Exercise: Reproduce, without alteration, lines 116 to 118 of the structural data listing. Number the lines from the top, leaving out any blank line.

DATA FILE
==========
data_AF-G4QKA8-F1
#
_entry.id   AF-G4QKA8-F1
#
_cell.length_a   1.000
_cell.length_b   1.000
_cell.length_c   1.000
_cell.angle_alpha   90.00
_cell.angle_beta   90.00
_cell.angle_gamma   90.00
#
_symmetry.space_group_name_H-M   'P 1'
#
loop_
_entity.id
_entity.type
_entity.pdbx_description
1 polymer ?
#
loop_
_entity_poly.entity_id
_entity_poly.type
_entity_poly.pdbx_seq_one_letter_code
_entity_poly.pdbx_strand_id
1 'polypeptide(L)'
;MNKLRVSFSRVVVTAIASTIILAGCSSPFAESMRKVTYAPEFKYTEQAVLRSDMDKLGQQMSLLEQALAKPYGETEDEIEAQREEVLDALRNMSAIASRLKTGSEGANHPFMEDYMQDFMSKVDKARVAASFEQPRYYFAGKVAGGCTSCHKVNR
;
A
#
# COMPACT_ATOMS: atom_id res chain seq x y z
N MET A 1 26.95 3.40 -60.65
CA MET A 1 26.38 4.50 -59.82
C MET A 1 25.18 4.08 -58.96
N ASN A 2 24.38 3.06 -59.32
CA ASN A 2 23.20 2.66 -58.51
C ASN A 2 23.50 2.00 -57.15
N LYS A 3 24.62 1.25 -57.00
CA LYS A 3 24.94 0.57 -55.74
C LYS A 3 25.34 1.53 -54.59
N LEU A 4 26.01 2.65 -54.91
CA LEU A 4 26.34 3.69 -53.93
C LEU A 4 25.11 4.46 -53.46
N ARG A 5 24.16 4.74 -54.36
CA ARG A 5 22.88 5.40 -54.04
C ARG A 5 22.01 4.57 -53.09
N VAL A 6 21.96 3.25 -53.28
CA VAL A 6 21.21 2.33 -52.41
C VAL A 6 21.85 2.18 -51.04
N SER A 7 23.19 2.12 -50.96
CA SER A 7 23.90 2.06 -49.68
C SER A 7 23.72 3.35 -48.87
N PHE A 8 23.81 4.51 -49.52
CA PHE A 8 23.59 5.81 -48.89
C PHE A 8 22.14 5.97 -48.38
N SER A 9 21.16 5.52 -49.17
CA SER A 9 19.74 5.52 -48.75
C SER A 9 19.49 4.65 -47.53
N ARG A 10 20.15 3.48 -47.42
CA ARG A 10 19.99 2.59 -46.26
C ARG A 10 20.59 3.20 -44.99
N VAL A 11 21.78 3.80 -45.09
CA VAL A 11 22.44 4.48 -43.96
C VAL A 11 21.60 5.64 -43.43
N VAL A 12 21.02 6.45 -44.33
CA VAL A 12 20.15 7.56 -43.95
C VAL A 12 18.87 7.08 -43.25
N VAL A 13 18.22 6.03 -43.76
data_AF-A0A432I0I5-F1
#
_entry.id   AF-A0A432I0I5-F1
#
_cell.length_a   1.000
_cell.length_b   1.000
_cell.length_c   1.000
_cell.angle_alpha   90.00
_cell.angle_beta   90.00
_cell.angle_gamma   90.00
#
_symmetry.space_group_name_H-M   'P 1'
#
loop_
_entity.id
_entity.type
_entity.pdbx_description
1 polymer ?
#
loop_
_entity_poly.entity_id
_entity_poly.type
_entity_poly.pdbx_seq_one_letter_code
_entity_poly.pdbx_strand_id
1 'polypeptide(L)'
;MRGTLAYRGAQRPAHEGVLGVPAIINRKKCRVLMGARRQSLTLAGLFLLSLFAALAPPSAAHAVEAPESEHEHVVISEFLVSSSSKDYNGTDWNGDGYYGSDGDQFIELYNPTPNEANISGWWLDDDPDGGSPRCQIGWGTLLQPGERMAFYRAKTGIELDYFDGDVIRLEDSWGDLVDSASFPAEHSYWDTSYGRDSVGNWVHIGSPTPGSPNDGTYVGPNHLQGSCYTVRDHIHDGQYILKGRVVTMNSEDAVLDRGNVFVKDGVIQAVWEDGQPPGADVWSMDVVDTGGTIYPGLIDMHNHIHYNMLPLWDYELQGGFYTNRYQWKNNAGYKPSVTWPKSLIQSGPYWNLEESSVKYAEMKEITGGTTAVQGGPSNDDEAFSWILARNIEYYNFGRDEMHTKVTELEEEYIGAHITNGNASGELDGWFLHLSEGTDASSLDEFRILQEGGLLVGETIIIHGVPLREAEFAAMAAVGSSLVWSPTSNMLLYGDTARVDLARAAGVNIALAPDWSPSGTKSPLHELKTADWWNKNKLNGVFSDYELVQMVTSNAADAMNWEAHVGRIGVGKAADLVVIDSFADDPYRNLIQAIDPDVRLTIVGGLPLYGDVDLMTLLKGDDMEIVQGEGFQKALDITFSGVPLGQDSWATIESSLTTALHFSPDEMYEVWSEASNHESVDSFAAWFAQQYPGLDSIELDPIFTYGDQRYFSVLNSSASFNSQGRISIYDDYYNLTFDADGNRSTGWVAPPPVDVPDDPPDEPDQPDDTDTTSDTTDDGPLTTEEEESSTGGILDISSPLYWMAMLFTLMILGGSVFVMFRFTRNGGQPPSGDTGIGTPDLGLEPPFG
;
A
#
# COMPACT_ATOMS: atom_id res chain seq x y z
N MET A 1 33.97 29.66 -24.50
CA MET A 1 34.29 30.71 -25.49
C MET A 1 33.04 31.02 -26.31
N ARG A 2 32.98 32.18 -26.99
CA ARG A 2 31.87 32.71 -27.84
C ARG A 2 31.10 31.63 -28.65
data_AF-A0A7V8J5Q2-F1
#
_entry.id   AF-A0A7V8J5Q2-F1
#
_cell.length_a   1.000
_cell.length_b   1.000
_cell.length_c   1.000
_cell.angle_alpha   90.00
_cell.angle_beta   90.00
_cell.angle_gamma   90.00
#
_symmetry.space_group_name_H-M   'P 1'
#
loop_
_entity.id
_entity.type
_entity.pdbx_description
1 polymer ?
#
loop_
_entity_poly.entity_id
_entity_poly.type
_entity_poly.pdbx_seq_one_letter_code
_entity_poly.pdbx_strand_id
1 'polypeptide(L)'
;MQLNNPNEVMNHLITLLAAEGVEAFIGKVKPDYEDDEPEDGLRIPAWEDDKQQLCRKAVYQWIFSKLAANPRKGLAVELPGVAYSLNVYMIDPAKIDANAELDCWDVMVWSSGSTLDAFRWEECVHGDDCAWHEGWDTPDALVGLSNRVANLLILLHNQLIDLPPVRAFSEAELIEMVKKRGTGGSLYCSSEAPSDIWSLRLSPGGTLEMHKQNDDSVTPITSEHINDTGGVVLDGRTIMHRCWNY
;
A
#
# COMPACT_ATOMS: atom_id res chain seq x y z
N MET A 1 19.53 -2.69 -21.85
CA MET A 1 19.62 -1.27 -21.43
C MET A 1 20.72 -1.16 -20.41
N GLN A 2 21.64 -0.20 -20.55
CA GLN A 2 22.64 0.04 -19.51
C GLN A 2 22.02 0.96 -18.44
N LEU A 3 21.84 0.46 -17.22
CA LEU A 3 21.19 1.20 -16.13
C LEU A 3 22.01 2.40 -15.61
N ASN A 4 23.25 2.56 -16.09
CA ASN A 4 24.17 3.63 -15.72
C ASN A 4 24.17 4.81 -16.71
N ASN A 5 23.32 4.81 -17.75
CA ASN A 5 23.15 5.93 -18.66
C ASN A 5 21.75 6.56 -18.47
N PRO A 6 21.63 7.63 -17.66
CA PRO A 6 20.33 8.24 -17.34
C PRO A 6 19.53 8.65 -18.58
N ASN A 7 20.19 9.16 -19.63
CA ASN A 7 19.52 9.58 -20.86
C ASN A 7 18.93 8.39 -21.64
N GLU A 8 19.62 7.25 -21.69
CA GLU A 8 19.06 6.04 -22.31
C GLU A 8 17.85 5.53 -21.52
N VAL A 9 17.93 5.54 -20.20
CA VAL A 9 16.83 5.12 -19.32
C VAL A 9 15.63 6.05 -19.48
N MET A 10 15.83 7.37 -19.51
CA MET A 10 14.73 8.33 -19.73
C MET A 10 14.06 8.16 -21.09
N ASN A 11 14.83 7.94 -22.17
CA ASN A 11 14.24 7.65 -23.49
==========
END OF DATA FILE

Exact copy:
#
loop_
_entity.id